“We had a good team and an honorable gig. ‘Tower’ established our reputation for excelling at difficult, long and complicated subjects,” he said. “I am so proud of ‘Tower’ because it outperformed expectations. We went from a low-budget experimental PBS documentary to being picked up for theatrical distribution and ended up winning an Emmy for best historical documentary.”

Minnow Mountain’s website skillfully showcases his “Tower” documentary in a two-minute video at

Staggs’ role models are his Humble-based mom and dad who contribute in positive ways to everyone around them. He also credits Amalia, his life partner, who understands that he has a weird job.

“My friends and family don’t see much of me right now,” he confessed. “I hope that gets better after the business takes off, but there is a cost to pay with the long hours and high stress.”

He credits his venture into entrepreneurship in part to “Crushing It,” a how-to book by Gary Vaynerchuk who documents how successful entrepreneurs got that way, and he has some helpful advice for anyone who wants to follow their own dream.

“There’s a misconception that there is some secret knowledge you need to discover before committing. Passion is important. If your business plan is simple and you’re putting in the hours, you’ll learn quickly,” Staggs said.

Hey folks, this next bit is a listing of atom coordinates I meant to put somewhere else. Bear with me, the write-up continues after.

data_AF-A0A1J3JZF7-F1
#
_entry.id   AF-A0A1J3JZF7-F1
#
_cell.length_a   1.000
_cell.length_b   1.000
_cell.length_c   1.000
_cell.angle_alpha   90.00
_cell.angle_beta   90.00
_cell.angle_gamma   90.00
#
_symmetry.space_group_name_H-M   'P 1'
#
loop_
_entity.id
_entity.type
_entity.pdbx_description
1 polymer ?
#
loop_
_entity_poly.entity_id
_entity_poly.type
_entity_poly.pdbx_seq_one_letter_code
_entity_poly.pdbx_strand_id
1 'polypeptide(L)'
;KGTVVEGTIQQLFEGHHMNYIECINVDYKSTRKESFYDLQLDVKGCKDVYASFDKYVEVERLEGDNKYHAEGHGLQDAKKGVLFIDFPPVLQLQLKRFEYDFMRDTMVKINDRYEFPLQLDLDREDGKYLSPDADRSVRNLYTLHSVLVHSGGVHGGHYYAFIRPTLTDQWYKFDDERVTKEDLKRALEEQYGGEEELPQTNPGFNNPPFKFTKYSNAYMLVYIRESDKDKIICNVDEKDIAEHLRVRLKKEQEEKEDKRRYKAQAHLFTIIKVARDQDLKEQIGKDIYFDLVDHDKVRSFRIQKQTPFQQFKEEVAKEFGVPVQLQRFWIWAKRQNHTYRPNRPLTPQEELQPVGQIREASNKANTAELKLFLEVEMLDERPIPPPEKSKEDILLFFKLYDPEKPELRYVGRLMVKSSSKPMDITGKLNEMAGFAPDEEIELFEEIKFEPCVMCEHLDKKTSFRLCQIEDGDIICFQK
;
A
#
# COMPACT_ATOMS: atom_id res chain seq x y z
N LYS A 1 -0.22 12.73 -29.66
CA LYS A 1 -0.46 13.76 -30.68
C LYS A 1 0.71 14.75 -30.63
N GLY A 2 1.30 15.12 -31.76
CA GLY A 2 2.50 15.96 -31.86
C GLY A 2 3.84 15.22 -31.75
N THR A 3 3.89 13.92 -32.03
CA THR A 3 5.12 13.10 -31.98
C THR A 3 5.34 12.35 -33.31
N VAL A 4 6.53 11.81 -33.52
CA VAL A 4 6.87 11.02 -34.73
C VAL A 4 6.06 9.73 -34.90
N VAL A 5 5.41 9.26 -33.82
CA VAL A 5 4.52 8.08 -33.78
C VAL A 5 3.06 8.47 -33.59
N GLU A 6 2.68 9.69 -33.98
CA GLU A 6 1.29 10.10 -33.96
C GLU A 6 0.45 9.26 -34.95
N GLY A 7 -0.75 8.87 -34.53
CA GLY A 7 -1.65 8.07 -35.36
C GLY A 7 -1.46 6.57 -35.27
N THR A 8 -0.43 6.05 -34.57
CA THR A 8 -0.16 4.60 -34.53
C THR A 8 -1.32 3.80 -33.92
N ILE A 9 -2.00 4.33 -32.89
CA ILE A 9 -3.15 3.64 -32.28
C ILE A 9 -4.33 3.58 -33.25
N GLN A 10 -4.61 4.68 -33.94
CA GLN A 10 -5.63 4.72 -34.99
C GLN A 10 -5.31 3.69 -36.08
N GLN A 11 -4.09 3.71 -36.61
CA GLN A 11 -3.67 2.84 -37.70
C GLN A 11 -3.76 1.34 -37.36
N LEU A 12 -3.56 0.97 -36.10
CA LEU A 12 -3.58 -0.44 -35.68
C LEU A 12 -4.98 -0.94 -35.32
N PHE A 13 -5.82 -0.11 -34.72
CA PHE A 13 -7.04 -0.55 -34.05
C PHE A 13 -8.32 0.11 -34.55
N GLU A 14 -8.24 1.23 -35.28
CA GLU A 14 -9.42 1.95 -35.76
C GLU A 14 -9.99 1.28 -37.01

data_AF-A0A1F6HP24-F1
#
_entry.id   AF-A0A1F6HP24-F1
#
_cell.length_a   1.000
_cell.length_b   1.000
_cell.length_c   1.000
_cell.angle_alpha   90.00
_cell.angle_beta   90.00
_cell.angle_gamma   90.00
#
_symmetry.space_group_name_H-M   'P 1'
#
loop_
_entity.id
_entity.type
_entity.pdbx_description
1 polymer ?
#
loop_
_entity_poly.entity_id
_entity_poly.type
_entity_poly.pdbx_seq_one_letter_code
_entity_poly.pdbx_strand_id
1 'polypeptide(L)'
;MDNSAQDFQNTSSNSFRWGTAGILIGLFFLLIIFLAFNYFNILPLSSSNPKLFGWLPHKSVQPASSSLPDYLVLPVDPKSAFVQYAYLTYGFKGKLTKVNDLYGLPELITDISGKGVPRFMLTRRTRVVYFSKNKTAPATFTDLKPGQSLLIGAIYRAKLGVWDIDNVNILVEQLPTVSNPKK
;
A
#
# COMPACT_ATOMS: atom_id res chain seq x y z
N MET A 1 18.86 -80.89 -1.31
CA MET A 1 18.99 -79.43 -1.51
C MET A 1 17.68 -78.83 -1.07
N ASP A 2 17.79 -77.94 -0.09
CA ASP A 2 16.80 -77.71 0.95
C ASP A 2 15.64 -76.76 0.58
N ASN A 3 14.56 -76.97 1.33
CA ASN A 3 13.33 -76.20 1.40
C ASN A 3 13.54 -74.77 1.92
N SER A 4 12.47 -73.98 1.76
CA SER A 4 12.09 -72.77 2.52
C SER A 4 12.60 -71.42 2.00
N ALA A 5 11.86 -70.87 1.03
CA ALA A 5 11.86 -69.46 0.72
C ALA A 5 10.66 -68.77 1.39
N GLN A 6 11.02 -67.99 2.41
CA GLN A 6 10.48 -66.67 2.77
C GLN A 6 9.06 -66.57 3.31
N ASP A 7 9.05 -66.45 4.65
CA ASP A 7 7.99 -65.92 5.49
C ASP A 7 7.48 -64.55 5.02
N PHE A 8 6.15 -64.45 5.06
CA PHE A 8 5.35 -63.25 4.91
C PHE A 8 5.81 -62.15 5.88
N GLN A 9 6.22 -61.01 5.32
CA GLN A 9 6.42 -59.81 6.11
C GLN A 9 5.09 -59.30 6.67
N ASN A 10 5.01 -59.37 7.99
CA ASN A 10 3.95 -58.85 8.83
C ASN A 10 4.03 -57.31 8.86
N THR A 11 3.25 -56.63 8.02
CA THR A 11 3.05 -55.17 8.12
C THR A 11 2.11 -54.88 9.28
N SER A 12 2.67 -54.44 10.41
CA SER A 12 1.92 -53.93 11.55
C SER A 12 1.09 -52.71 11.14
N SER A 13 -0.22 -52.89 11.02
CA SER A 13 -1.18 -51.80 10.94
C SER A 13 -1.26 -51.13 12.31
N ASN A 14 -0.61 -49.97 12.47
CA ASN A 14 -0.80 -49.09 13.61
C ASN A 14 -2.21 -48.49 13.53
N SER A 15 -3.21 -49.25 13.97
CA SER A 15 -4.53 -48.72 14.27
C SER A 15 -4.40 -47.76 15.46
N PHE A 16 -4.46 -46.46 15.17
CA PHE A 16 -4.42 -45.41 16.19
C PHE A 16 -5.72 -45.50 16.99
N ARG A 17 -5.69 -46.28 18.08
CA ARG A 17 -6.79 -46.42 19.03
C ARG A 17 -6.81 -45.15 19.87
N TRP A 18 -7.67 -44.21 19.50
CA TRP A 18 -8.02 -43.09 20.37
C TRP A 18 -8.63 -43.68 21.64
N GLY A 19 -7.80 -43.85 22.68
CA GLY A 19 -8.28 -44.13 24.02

What little free time he has, Craig spends watching movies, taking video courses about film-making, and supporting a few charities.

“I’m taking a video course from film-maker Ken Burns on making documentaries and I’m watching a ton of 1990-2000-era thrillers,” he said. “As for charities, I think it’s important to support individuals raising money directly for medical and other expenses. One is Caritas Austin, an advocacy group for the homeless. Giving, frankly, is the world’s greatest mood enhancer.”

The Emmy-award winning animator has a few more goals to reach. He’d like to be financially secure on his own terms and he wants to direct five feature films before he dies. In the meantime, he’s excited about his latest major project, “Undone,” a half-hour series developed for Amazon Prime. Minnow Mountain produces the animation for the series.

“Hopefully, you’ll hear from us and ‘Undone’ during award season,” he said.

“Undone” is available on Amazon Prime Video. “Tower” is available on both Netflix and Amazon Prime Video. View the creativity of Staggs and his team at Minnow Mountain by visiting

Tom Broad
Author: Tom BroadEmail: This email address is being protected from spambots. You need JavaScript enabled to view it.
Besides being a proud graduate of The University of Nebraska-Lincoln and, therefore, a Cornhusker, I am retired from Memorial Hermann. I am a correspondent and columnist for Lake Houston's hometown paper, The Tribune, as well as a director of the Lake Houston Redevelopment Corporation, a member of the board of the Humble Area Assistance Ministries, and Volunteer Extraordinaire for the Lake Houston Area Chamber.